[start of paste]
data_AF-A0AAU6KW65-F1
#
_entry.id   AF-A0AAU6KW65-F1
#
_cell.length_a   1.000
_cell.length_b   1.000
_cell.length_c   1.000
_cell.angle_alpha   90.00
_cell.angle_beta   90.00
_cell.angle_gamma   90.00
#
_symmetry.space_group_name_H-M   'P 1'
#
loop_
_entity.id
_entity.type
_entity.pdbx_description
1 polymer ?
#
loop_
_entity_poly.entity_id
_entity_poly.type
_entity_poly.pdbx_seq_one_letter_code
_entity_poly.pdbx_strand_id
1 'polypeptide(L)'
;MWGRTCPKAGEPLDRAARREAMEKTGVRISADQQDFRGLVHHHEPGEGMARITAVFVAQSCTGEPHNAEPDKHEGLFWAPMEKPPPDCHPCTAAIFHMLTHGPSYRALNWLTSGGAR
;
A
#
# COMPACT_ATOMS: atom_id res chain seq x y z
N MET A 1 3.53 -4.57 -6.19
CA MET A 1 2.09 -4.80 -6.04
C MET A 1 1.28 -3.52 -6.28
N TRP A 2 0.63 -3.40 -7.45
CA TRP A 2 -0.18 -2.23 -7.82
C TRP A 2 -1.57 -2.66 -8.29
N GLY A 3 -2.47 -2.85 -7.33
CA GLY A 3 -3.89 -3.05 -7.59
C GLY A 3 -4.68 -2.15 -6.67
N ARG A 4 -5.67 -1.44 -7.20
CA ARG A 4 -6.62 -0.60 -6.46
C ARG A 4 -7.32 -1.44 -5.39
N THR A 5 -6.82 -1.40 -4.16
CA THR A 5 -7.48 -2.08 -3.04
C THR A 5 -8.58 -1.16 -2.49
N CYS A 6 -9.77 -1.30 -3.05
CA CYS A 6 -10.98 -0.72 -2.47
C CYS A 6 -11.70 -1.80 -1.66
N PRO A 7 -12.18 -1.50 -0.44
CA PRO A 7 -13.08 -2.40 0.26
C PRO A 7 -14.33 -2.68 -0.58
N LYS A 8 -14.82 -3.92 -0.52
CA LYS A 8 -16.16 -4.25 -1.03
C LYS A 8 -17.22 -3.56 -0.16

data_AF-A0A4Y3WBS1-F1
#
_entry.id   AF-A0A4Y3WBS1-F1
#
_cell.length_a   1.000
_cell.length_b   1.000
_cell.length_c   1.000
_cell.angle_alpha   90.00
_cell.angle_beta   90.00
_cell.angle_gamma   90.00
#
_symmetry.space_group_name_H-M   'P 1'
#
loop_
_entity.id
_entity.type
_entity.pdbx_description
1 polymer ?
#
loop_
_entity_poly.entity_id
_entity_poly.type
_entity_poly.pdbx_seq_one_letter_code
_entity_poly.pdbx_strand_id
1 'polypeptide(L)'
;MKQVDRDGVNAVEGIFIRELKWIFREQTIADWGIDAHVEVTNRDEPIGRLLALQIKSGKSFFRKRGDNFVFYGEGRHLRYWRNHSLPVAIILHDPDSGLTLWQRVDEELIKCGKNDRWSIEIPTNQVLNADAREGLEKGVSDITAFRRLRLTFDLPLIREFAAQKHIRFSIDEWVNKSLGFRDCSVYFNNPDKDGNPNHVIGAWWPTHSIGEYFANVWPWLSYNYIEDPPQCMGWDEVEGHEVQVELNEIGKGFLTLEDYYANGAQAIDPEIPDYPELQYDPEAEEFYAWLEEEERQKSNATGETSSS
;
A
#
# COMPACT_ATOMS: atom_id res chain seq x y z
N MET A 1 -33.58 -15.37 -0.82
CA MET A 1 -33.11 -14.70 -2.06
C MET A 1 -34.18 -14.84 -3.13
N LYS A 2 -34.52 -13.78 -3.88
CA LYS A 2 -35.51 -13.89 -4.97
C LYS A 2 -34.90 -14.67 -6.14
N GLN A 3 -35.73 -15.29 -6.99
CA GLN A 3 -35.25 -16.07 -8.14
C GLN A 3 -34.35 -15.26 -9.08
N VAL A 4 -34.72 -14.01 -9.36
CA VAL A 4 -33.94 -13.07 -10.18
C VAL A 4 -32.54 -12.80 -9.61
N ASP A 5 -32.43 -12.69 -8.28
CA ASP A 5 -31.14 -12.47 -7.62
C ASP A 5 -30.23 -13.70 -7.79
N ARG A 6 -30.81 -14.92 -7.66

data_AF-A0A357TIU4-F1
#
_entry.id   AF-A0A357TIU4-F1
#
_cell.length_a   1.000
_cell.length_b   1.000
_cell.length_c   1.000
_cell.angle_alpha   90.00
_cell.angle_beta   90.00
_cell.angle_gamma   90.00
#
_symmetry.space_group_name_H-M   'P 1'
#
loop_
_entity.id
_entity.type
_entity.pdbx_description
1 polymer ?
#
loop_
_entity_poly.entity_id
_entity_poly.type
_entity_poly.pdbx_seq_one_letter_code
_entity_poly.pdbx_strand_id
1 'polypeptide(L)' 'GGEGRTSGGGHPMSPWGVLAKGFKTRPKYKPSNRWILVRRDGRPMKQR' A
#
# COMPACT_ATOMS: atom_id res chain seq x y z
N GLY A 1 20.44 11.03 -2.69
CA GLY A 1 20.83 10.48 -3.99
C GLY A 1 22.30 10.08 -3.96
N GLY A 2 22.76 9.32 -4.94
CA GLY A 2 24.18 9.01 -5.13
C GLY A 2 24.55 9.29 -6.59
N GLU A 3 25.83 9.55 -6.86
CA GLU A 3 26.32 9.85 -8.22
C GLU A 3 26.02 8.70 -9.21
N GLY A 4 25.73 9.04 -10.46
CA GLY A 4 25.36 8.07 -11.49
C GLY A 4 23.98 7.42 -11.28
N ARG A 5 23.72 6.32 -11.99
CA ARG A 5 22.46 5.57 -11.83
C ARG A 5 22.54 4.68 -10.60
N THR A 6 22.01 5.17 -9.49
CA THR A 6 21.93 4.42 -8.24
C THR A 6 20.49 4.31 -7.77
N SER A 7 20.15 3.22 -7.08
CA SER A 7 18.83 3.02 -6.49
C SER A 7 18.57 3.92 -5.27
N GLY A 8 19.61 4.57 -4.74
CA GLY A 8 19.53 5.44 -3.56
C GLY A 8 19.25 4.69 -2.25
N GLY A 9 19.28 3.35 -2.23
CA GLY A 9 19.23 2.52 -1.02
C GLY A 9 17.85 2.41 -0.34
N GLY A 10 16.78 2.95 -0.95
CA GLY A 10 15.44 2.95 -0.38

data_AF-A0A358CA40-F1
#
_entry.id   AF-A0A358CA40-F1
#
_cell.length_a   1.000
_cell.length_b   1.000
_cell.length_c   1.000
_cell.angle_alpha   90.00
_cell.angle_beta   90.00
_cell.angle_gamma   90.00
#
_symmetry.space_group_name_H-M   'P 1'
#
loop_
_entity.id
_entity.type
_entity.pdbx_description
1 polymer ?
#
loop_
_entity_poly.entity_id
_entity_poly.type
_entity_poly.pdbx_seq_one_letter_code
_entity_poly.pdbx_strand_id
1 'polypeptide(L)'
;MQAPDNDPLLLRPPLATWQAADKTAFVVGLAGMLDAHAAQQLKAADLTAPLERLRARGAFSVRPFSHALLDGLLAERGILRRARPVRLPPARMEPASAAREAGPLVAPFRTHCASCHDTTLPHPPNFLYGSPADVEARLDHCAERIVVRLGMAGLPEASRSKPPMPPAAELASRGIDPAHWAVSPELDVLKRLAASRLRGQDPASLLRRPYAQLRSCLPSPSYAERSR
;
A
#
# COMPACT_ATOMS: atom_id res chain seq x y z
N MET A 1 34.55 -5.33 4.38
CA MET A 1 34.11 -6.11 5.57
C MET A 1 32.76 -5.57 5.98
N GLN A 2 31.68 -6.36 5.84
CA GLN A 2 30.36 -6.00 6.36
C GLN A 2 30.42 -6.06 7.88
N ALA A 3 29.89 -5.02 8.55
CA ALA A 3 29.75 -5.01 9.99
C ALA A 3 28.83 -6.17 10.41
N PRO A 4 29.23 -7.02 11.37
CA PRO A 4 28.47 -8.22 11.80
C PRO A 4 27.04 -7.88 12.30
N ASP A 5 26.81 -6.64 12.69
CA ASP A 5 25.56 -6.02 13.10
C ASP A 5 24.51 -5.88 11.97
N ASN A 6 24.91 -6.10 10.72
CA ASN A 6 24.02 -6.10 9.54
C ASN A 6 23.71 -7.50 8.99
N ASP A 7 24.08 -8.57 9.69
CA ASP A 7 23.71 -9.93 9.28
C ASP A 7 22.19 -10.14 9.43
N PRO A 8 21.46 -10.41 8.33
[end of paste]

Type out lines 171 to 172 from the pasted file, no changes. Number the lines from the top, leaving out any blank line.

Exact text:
_entity.id
_entity.type